So now, I have a set of goals for the month, and I need to manage the days. Here’s where the Block Schedule comes in. I got the Block Schedule from Jordan Page, who is an extremely intense sort of person. You’ll see.
Jordan’s Block Schedule has been an extremely freeing technique for me. To adapt it for myself, I created a Master Block Schedule according to her guidelines. My blocks are Morning, Brain Work, Out In The World, Routine Work, Learn, Dinner, and Relax. I made sure it fits on one page. Each day, I print a copy of this sheet.
I first define my Highlight for the day (basically my big focus for the day, and what will take up the majority of the Brain Work block. The concept comes from a webinar in the IDEO Creative Confidence series).
Then, I write in the specific things I will do that fall into the other blocks, from the monthly Bullet Journal page. I also check all the online calendars and write in any meetings or calls that are scheduled (I try my best to schedule/accept calls during the Routine Work block. In-person meetings are in the Out in the World block).
The beauty of Jordan’s Block Schedule is similar to that of the Bullet Journal: It frees me. Knowing that I have made the decision to invest a certain amount of time in different sorts of things each day keeps me from piling on unreasonable amounts in any block. If I don’t get to it today, I know I will get to it tomorrow. But I won’t forget it or lose track of it. I set alarms in my phone to tell me when the work-related blocks (Brain Work, Out in the World, and Routine Work) begin and end. The rest I just manage more casually without alarms. (I do NOT use the horrible bell sounds that Jordan plays in her videos — agh! I use a nice chime that I actually respond to mentally with “Oh, great, time to move on.”)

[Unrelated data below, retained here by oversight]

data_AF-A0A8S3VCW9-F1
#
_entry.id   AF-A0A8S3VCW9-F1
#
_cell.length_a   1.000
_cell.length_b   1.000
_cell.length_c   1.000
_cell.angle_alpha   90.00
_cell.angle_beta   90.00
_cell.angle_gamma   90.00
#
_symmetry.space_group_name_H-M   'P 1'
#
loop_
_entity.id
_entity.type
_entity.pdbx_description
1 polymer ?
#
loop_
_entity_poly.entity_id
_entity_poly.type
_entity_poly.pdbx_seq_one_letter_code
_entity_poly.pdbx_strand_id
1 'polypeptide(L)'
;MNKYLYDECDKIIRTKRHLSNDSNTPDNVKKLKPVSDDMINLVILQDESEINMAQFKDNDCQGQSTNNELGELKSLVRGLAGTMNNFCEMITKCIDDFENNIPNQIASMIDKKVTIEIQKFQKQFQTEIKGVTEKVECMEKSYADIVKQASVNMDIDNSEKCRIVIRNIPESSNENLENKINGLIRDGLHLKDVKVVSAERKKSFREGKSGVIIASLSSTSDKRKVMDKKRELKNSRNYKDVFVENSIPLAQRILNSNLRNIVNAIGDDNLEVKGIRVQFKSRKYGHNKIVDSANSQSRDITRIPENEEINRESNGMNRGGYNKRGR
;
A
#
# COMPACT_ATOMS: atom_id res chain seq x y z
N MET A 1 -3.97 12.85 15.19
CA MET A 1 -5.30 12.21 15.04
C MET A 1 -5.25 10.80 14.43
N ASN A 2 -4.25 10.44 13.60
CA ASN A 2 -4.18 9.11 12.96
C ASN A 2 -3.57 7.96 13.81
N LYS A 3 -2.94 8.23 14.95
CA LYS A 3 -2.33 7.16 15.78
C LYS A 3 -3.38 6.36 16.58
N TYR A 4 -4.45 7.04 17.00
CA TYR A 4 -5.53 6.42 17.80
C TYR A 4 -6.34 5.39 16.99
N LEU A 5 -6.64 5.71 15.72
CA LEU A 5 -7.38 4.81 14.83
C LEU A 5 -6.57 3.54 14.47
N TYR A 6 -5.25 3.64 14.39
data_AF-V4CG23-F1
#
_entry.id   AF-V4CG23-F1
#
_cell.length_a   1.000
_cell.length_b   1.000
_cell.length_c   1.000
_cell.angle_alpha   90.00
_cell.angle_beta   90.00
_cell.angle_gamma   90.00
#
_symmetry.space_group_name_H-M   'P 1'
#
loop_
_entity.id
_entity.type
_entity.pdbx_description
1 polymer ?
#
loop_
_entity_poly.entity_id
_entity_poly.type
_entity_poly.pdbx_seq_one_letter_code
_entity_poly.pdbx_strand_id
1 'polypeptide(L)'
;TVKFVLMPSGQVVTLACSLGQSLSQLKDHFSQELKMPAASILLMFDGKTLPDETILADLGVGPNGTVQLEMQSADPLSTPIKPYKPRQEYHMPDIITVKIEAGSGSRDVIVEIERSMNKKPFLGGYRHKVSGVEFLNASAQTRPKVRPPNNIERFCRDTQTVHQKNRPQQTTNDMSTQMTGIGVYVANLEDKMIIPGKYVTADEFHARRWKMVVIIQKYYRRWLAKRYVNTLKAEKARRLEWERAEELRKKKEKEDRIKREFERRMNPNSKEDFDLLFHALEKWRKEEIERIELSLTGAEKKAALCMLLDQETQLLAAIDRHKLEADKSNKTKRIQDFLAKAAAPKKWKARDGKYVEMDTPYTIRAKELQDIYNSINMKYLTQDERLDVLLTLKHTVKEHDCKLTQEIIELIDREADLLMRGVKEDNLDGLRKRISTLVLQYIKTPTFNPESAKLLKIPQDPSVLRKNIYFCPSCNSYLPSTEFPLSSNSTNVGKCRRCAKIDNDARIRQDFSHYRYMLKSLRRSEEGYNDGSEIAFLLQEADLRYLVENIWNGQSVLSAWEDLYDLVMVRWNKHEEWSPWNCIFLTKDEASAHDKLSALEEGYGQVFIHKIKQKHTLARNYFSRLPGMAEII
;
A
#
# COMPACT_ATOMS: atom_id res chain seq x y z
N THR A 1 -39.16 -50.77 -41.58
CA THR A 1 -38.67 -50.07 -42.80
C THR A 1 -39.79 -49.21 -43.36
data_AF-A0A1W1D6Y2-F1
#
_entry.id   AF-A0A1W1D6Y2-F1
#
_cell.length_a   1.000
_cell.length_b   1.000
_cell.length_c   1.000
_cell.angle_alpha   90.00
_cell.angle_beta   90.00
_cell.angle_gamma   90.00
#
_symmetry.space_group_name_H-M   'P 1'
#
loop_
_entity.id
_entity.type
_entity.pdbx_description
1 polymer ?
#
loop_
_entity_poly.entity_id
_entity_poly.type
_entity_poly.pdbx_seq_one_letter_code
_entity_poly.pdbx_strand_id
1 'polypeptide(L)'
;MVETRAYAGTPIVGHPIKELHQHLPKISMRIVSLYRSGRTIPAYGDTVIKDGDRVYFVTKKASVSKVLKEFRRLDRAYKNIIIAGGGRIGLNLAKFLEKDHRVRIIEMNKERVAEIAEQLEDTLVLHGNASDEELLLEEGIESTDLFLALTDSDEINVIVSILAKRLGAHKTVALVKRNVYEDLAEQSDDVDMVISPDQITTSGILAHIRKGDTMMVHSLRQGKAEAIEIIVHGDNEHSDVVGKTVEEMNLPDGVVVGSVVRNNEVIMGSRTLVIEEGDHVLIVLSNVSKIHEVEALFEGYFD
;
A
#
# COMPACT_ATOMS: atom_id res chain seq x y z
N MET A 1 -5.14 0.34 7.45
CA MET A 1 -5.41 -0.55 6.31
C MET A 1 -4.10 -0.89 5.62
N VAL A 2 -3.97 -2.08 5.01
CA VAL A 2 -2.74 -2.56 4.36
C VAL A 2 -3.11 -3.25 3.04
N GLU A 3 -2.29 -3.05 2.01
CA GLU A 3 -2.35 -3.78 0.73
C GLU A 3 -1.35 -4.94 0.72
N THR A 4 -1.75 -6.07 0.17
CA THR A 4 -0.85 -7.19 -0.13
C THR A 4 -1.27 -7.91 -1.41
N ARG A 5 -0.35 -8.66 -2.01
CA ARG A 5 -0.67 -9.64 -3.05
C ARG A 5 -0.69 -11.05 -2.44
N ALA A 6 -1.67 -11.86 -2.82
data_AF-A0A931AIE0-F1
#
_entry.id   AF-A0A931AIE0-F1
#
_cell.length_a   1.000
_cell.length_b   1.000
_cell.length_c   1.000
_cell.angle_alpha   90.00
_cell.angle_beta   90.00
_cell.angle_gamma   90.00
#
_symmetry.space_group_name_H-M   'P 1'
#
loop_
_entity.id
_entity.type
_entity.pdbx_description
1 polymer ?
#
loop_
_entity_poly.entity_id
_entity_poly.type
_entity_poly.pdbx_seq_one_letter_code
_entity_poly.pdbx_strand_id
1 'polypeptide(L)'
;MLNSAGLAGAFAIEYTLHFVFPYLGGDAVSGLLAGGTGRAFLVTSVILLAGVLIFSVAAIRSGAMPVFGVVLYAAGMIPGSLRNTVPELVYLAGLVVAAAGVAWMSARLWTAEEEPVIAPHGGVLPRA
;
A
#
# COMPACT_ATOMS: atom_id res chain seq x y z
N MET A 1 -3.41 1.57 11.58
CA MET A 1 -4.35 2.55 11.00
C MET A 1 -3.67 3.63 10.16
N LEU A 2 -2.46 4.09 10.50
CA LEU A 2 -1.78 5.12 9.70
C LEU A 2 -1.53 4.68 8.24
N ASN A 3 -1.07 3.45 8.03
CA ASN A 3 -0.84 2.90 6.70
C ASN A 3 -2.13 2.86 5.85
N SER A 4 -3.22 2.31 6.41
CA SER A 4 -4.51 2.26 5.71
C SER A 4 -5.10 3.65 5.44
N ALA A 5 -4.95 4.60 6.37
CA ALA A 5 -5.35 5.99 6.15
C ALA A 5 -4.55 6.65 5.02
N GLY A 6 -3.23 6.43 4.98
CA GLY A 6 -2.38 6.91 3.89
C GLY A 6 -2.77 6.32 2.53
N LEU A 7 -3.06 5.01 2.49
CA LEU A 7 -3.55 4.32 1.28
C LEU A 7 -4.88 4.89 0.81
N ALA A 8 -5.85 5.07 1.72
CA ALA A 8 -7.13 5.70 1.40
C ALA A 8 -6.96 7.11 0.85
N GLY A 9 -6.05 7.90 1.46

The Getting Things Done technique that I use within the Block Schedule is the Email Scan. During my Morning blocks, I do a quick scan of all the email accounts just to make sure nothing has blown up and needs my immediate attention. Then, during the Routine Work block, I actually process emails. I do another scan at the end of the Learn block. Unexpected bonus — I have found that doing things this way reduced the overall email volume I receive during the day, as I don’t get into as much “back and forth” throughout the day.
At the end of each block, if I spent billable time, I list the time and the client at the bottom of the block. Then I know what to bill at the end of the week. (This is something that many people would do as part of the Bullet Journal, but that didn’t work for me as well as this does.) If I didn’t do something I meant to do, I transfer that to the next day’s Block Schedule sheet.
Next up: The Fabulous App is on my phone, and I use it for small personal habits in the mornings and evenings. At first, I tried tracking these in my Bullet Journal (a lot of people do), but I didn’t always have my BuJo with me wherever I was in the house. I always have my phone with me, so the App can always give me the pretty little chime that tells me to start the routine. My morning routine includes drinking water, taking meds, my face care, stretching, meditating, and breakfast. My evening routine includes face care, flossing, taking meds, being grateful, and doing situps. I like that the app reminds me (and rewards me) for doing these things without my cluttering up my schedule with them, or feeling like I’ve scheduled every waking moment of the day.
The last element is the clipboards. Super Analog! I have six clipboards that attach to 3 magnetic strips on the wall next to my desk. Each clipboard represents a project / client and has a different color cover sheet. When I set my goals for the day on the Block Schedule, I know which clipboards I’ll use during the day, but I don’t take a clipboard down until I’m ready to work on that project. That way, I have a visual / tactile reminder to stay focused on the project on that clipboard. Even though most of my work is done on the laptop, I use the paper on the clipboard for notes, especially during calls. When I’m done working on one project and ready to move to another, I hang that clipboard up and take down the next one.
That’s what is working for me for now. I’m sure I will continue to refine and evolve it, and I’d love to know what other things people are doing to make their own time work for them in a way that doesn’t make you feel horrible.